1995 was an even better year for Carter personally, even though Minnesota as a team slumped to 8-8, He matched the remarkable 122 catch effort from the year before, but augmented it with 1.371 yards and an NFL leading 17 touchdowns - including four 12-reception games. Amazingly, he was only named Second Team All Pro, as he tied for second in the league for catches that year. Jerry Rice also had 122 receptions while Herman Moore set the new mark at 123.

A mid-season collar bone injury to Moon brought another quarterback change for the Vikings, but Carter continued his reliable production. With Brad Johnson taking over Carter finished the season with 96 catches, 1,163 yards and 10 touchdowns. His three year total for 1994-1996 still ranks among the most prolific of all time: 48 games played, 340 catches, 3,790 yards and 34 touchdowns.

Carter lead the NFL with touchdown catches again in 1997 with 13, despite Johnson being unable to complete the season with an injury. Randall Cunningham took over in December and the Vikings won their first playoff game under Green in the Wild Card round.

In 1998 a renewed Cunningham commanded the NFL's highest scoring offense in history, and Carter was a major part of their success. Minnesota's 556 points scored (averaging 34.8 points per game) broke the record of 541 held by the 1983 Washington Redskins. Although rookie receiver Randy Moss broke onto the scene and stole most of the headlines, Carter had another 1,000 yard season on 78 catches and 12 touchdowns. The 15-1 Vikings advanced to the NFC Championship Game, but lost in overtime to the Atlanta Falcons.

The following season may have been Carter's best season of all. His 90 catches for 1,241 yards and league leading 13 touchdowns (his fifth consecutive season with at least 10 scoring receptions) were punctuated by a 13.8 yard-per-catch average, his highest of any season where he caught more than 40 passes. He was rewarded with a spot on the First Team All Pro list. Most significantly, Carter was awarded the NFL's Walter Payton Man of the Year Award, which is an honor give in recognition of a player's volunteer and charitable efforts, showing how far he had come since his early days in Philadelphia.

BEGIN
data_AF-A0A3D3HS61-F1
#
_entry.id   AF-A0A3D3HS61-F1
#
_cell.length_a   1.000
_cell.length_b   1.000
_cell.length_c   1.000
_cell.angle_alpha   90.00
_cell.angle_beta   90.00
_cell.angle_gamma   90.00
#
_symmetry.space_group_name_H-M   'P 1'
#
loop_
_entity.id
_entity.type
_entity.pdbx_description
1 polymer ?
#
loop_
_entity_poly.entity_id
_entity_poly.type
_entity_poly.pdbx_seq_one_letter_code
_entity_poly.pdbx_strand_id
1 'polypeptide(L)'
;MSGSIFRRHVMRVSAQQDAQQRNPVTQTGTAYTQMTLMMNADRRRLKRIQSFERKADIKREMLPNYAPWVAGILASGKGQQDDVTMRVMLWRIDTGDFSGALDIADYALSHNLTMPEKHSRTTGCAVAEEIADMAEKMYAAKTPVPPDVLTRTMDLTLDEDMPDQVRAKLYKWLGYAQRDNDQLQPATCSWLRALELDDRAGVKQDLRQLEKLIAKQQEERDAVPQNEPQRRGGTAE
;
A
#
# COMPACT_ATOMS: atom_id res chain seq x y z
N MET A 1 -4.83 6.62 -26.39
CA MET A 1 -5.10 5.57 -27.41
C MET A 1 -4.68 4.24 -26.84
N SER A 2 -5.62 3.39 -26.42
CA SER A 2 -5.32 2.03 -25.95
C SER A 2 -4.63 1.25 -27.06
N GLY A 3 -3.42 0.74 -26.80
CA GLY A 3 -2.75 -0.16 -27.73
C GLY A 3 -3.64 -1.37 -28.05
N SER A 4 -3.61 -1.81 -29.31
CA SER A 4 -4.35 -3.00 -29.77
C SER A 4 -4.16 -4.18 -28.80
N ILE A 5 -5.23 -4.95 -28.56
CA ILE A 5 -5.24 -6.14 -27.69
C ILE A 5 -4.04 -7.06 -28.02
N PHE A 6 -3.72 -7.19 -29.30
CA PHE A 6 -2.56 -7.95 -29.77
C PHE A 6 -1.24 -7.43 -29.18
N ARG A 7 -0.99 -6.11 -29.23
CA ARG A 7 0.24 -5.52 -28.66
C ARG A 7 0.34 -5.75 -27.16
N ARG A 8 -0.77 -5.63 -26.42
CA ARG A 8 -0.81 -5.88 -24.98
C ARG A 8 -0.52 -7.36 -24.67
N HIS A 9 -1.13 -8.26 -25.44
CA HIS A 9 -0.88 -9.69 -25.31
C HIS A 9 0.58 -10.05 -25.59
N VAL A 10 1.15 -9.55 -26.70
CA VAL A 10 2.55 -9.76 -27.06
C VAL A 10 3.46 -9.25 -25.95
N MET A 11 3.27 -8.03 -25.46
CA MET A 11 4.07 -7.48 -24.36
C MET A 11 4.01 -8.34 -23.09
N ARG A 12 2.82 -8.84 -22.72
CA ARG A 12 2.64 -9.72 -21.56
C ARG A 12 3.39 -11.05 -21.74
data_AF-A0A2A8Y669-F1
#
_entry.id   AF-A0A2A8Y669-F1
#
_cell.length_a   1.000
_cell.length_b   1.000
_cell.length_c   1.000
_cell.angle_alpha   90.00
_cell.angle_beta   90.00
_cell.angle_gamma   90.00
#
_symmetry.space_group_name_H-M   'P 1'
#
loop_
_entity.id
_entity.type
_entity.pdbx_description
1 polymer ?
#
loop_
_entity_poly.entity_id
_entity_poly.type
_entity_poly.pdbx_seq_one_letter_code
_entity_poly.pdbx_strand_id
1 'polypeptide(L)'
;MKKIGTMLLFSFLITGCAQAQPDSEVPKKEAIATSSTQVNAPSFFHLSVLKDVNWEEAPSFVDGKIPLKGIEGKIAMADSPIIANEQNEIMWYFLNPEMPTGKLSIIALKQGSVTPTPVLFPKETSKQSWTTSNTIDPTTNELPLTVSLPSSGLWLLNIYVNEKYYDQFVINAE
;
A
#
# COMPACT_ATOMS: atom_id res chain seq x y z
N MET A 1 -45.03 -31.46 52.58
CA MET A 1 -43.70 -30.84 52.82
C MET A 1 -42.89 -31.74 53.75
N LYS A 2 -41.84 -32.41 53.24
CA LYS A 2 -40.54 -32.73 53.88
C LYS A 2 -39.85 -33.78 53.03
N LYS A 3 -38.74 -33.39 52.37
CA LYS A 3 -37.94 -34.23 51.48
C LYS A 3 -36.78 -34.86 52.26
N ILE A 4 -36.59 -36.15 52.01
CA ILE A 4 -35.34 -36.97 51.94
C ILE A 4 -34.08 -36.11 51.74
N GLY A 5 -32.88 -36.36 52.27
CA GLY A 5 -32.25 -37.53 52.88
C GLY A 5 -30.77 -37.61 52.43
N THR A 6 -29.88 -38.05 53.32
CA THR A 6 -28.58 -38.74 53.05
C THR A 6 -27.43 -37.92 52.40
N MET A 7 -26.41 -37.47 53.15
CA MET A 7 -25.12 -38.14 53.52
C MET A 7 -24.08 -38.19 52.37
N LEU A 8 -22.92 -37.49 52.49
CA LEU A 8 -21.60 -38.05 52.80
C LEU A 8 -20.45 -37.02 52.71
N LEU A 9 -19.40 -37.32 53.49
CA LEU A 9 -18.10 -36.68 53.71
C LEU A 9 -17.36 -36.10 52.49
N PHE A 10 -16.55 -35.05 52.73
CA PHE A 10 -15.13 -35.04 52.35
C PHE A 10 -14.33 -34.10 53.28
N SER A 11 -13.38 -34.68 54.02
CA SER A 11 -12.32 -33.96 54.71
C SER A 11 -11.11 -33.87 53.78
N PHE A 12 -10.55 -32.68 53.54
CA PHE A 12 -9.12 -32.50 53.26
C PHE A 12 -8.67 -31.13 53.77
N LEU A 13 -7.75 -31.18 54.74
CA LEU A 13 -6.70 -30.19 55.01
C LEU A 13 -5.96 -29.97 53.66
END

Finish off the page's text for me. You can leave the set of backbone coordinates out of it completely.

Following two more productive years in Minnesota, which included becoming just the second player to reach the 1,000 catch plateau in 2000, Carter temporarily retired. He was lured out midway through in the 2002 season by the injury depleted Miami Dolphins who were engaged in a three team race for first place in the AFC East. Carter retired for good after the season.

The six-time finalist joins 11 other Vikings in Canton, continuing a run of recognition for Minnesota as Carter is the fifth member of the franchise to receive enshrinement in the past six classes (Chris Doleman 2012, John Randle, 2010, Randall McDaniel 2009, Gary Zimmerman 2008.) Carter played in 188 games (with 177 starts) and had 40 of his 42 career 100-yard games with the Vikings, and is one of only six players to have their number retired by the club. He is also a member of the NFL's All Decade Team for the 1990's.